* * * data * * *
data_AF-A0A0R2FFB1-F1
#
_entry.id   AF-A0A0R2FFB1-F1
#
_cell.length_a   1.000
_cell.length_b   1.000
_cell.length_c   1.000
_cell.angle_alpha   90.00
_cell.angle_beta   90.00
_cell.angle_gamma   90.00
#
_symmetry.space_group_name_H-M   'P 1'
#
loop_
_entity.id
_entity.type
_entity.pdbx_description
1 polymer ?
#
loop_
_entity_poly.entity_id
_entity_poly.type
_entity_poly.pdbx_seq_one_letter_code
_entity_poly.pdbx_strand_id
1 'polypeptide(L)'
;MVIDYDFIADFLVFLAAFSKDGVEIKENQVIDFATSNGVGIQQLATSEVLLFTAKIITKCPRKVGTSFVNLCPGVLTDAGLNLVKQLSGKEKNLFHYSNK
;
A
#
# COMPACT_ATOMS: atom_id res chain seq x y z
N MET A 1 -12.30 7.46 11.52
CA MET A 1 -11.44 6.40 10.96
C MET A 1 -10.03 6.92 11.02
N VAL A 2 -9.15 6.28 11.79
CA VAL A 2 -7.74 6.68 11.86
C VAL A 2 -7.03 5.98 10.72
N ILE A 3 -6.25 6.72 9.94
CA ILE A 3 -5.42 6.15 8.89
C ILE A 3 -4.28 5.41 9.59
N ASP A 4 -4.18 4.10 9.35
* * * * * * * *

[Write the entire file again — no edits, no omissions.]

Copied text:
data_AF-A0A0R2FFB1-F1
#
_entry.id   AF-A0A0R2FFB1-F1
#
_cell.length_a   1.000
_cell.length_b   1.000
_cell.length_c   1.000
_cell.angle_alpha   90.00
_cell.angle_beta   90.00
_cell.angle_gamma   90.00
#
_symmetry.space_group_name_H-M   'P 1'
#
loop_
_entity.id
_entity.type
_entity.pdbx_description
1 polymer ?
#
loop_
_entity_poly.entity_id
_entity_poly.type
_entity_poly.pdbx_seq_one_letter_code
_entity_poly.pdbx_strand_id
1 'polypeptide(L)'
;MVIDYDFIADFLVFLAAFSKDGVEIKENQVIDFATSNGVGIQQLATSEVLLFTAKIITKCPRKVGTSFVNLCPGVLTDAGLNLVKQLSGKEKNLFHYSNK
;
A
#
# COMPACT_ATOMS: atom_id res chain seq x y z
N MET A 1 -12.30 7.46 11.52
CA MET A 1 -11.44 6.40 10.96
C MET A 1 -10.03 6.92 11.02
N VAL A 2 -9.15 6.28 11.79
CA VAL A 2 -7.74 6.68 11.86
C VAL A 2 -7.03 5.98 10.72
N ILE A 3 -6.25 6.72 9.94
CA ILE A 3 -5.42 6.15 8.89
C ILE A 3 -4.28 5.41 9.59
N ASP A 4 -4.18 4.10 9.35